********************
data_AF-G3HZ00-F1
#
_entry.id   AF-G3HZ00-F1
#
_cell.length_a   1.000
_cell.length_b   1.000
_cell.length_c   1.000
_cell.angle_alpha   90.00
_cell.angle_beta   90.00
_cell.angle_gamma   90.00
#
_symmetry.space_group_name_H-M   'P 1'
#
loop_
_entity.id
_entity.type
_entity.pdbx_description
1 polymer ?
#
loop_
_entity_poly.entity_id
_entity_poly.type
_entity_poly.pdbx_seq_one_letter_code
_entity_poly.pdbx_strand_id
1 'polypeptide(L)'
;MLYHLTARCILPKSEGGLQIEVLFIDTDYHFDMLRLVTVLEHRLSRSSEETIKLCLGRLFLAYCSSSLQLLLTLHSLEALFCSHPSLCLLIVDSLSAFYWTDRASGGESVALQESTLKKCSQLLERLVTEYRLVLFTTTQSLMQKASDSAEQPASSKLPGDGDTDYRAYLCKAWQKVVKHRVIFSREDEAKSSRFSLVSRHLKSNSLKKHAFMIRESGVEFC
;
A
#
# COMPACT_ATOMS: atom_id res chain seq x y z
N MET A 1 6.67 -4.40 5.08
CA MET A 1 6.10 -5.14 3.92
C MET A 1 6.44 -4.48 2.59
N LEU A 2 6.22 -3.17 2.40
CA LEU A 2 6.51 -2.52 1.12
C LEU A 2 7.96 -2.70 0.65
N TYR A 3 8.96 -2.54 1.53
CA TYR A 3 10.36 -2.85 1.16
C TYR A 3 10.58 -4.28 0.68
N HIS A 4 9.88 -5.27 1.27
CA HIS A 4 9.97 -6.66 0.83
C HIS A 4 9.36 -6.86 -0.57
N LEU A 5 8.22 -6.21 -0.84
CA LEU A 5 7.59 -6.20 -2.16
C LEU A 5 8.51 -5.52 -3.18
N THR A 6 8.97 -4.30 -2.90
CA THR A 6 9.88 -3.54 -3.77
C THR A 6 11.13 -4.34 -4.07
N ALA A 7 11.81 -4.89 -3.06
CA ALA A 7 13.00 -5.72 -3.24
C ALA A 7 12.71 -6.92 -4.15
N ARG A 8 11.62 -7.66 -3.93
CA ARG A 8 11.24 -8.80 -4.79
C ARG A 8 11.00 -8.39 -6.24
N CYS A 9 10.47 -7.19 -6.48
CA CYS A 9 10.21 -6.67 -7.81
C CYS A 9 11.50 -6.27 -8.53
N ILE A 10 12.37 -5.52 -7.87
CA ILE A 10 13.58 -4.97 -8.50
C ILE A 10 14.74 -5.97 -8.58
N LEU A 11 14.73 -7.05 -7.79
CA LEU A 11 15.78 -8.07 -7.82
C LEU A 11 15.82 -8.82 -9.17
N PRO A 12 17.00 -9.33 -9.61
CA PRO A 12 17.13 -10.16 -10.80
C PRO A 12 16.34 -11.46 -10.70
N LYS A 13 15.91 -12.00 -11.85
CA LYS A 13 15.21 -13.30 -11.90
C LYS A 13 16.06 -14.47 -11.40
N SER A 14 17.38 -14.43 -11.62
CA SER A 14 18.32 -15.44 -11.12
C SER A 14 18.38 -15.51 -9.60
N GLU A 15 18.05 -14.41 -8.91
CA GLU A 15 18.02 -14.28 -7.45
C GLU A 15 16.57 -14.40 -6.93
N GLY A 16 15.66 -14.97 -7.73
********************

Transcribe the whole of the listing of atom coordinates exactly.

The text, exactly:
data_AF-G3HZ00-F1
#
_entry.id   AF-G3HZ00-F1
#
_cell.length_a   1.000
_cell.length_b   1.000
_cell.length_c   1.000
_cell.angle_alpha   90.00
_cell.angle_beta   90.00
_cell.angle_gamma   90.00
#
_symmetry.space_group_name_H-M   'P 1'
#
loop_
_entity.id
_entity.type
_entity.pdbx_description
1 polymer ?
#
loop_
_entity_poly.entity_id
_entity_poly.type
_entity_poly.pdbx_seq_one_letter_code
_entity_poly.pdbx_strand_id
1 'polypeptide(L)'
;MLYHLTARCILPKSEGGLQIEVLFIDTDYHFDMLRLVTVLEHRLSRSSEETIKLCLGRLFLAYCSSSLQLLLTLHSLEALFCSHPSLCLLIVDSLSAFYWTDRASGGESVALQESTLKKCSQLLERLVTEYRLVLFTTTQSLMQKASDSAEQPASSKLPGDGDTDYRAYLCKAWQKVVKHRVIFSREDEAKSSRFSLVSRHLKSNSLKKHAFMIRESGVEFC
;
A
#
# COMPACT_ATOMS: atom_id res chain seq x y z
N MET A 1 6.67 -4.40 5.08
CA MET A 1 6.10 -5.14 3.92
C MET A 1 6.44 -4.48 2.59
N LEU A 2 6.22 -3.17 2.40
CA LEU A 2 6.51 -2.52 1.12
C LEU A 2 7.96 -2.70 0.65
N TYR A 3 8.96 -2.54 1.53
CA TYR A 3 10.36 -2.85 1.16
C TYR A 3 10.58 -4.28 0.68
N HIS A 4 9.88 -5.27 1.27
CA HIS A 4 9.97 -6.66 0.83
C HIS A 4 9.36 -6.86 -0.57
N LEU A 5 8.22 -6.21 -0.84
CA LEU A 5 7.59 -6.20 -2.16
C LEU A 5 8.51 -5.52 -3.18
N THR A 6 8.97 -4.30 -2.90
CA THR A 6 9.88 -3.54 -3.77
C THR A 6 11.13 -4.34 -4.07
N ALA A 7 11.81 -4.89 -3.06
CA ALA A 7 13.00 -5.72 -3.24
C ALA A 7 12.71 -6.92 -4.15
N ARG A 8 11.62 -7.66 -3.93
CA ARG A 8 11.24 -8.80 -4.79
C ARG A 8 11.00 -8.39 -6.24
N CYS A 9 10.47 -7.19 -6.48
CA CYS A 9 10.21 -6.67 -7.81
C CYS A 9 11.50 -6.27 -8.53
N ILE A 10 12.37 -5.52 -7.87
CA ILE A 10 13.58 -4.97 -8.50
C ILE A 10 14.74 -5.97 -8.58
N LEU A 11 14.73 -7.05 -7.79
CA LEU A 11 15.78 -8.07 -7.82
C LEU A 11 15.82 -8.82 -9.17
N PRO A 12 17.00 -9.33 -9.61
CA PRO A 12 17.13 -10.16 -10.80
C PRO A 12 16.34 -11.46 -10.70
N LYS A 13 15.91 -12.00 -11.85
CA LYS A 13 15.21 -13.30 -11.90
C LYS A 13 16.06 -14.47 -11.40
N SER A 14 17.38 -14.43 -11.62
CA SER A 14 18.32 -15.44 -11.12
C SER A 14 18.38 -15.51 -9.60
N GLU A 15 18.05 -14.41 -8.91
CA GLU A 15 18.02 -14.28 -7.45
C GLU A 15 16.57 -14.40 -6.93
N GLY A 16 15.66 -14.97 -7.73